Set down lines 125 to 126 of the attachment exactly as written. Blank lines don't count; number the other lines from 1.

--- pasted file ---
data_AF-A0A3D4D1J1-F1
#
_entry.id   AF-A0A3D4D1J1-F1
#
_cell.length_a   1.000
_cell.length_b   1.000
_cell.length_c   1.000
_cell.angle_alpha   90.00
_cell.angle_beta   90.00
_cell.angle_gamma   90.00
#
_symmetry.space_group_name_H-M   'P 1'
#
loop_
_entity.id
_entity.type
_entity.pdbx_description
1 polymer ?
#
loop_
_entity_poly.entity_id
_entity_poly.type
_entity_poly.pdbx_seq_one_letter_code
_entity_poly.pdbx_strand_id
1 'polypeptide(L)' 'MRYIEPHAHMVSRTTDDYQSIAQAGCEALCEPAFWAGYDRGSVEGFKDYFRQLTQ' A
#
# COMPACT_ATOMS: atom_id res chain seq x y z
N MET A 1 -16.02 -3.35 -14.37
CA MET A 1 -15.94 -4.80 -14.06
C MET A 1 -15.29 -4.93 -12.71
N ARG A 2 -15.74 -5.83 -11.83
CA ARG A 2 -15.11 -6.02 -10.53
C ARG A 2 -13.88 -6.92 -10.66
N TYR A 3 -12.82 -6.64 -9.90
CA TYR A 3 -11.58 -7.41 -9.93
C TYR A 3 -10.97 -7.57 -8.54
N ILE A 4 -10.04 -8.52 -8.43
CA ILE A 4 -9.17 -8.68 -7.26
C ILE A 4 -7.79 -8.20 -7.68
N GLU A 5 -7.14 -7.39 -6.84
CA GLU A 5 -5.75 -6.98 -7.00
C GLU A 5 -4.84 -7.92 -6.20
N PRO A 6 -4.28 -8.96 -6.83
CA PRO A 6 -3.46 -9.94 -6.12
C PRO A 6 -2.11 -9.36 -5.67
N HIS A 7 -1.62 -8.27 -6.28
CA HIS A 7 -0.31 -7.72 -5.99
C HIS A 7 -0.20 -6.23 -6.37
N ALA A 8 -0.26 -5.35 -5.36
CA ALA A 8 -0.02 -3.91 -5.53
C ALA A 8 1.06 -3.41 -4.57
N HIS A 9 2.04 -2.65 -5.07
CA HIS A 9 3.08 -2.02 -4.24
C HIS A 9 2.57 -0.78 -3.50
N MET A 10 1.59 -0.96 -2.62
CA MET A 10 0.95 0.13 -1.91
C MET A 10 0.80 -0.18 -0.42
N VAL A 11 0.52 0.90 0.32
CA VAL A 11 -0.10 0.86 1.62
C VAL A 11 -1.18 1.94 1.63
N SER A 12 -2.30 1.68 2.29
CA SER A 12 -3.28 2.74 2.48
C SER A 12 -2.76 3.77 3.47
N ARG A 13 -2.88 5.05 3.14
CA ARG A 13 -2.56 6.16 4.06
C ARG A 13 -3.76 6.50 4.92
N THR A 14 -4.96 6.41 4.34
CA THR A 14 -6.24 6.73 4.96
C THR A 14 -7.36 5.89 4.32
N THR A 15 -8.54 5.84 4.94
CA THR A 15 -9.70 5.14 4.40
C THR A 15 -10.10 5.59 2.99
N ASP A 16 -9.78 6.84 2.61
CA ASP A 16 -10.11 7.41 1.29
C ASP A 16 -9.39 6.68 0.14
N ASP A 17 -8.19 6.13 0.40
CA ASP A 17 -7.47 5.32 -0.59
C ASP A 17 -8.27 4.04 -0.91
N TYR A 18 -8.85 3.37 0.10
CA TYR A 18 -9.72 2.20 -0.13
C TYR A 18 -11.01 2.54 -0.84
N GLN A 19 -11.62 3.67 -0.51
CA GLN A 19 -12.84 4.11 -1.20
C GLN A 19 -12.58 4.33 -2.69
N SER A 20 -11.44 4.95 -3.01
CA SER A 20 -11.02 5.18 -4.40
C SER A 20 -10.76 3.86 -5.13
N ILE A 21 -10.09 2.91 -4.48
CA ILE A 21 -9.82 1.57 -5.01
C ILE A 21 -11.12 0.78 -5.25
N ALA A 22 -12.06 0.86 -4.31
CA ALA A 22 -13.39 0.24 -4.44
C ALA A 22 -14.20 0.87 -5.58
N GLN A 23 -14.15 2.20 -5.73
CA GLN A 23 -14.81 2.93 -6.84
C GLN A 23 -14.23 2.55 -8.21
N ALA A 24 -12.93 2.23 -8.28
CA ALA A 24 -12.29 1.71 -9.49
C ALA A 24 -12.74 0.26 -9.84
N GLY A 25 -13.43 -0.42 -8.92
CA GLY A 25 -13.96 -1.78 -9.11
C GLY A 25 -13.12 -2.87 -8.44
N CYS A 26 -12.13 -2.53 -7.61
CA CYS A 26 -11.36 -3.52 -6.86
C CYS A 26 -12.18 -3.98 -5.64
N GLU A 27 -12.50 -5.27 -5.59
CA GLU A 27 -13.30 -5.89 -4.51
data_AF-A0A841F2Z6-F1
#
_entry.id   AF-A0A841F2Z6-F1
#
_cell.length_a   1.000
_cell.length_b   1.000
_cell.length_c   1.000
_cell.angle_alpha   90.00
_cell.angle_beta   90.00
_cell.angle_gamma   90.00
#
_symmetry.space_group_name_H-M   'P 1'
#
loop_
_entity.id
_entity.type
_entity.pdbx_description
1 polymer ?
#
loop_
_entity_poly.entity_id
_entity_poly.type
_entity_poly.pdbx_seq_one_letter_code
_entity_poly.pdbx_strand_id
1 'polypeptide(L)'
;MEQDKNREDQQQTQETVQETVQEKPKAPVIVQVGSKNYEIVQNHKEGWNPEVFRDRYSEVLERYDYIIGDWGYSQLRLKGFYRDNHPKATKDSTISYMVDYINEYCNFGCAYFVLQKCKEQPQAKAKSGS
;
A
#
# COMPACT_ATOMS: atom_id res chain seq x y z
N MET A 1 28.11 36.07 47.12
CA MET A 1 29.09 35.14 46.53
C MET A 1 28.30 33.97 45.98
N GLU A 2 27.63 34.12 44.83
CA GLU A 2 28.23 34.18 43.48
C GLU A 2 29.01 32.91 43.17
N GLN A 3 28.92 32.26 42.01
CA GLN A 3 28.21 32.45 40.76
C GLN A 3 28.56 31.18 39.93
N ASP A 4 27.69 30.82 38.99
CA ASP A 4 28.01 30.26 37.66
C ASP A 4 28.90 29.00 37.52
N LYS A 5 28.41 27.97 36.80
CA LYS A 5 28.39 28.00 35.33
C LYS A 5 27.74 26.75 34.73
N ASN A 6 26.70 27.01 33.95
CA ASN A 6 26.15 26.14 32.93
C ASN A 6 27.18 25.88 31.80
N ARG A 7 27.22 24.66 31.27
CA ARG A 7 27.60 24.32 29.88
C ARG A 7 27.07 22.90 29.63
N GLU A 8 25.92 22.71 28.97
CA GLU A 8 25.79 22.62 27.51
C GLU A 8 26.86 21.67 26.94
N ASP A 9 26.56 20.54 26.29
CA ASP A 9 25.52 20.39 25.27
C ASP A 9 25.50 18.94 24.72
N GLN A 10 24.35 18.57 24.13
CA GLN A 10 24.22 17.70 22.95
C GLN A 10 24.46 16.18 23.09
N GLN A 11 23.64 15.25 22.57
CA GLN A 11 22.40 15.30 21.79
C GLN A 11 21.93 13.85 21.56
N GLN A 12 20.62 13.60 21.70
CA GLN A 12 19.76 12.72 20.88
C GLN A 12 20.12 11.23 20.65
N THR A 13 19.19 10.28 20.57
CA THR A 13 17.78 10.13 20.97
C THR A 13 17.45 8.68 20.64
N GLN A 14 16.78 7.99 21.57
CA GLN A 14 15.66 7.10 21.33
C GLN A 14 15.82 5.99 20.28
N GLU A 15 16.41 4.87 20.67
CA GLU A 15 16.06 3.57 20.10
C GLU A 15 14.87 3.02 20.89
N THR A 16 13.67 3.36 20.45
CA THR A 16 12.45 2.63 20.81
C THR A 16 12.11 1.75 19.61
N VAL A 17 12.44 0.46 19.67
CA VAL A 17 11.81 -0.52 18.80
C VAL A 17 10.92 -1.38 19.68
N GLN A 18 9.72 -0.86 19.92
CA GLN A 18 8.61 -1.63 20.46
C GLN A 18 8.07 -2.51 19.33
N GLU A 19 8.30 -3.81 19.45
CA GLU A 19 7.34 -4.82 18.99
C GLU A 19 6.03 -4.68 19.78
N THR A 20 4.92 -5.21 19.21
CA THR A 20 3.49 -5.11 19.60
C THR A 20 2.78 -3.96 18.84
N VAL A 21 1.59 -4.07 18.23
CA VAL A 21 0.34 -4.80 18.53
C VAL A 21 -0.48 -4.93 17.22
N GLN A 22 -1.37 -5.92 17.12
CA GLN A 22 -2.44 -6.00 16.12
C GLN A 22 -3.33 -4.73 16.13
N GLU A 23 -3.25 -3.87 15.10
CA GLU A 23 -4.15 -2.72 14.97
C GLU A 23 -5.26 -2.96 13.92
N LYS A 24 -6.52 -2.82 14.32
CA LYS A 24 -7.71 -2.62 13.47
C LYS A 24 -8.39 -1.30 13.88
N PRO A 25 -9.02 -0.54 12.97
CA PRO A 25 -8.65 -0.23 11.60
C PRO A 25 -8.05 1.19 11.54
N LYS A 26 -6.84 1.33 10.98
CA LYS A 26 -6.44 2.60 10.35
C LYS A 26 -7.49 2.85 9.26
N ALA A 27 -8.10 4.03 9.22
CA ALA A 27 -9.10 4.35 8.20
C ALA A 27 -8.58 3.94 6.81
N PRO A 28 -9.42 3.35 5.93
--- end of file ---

1 polymer ?
#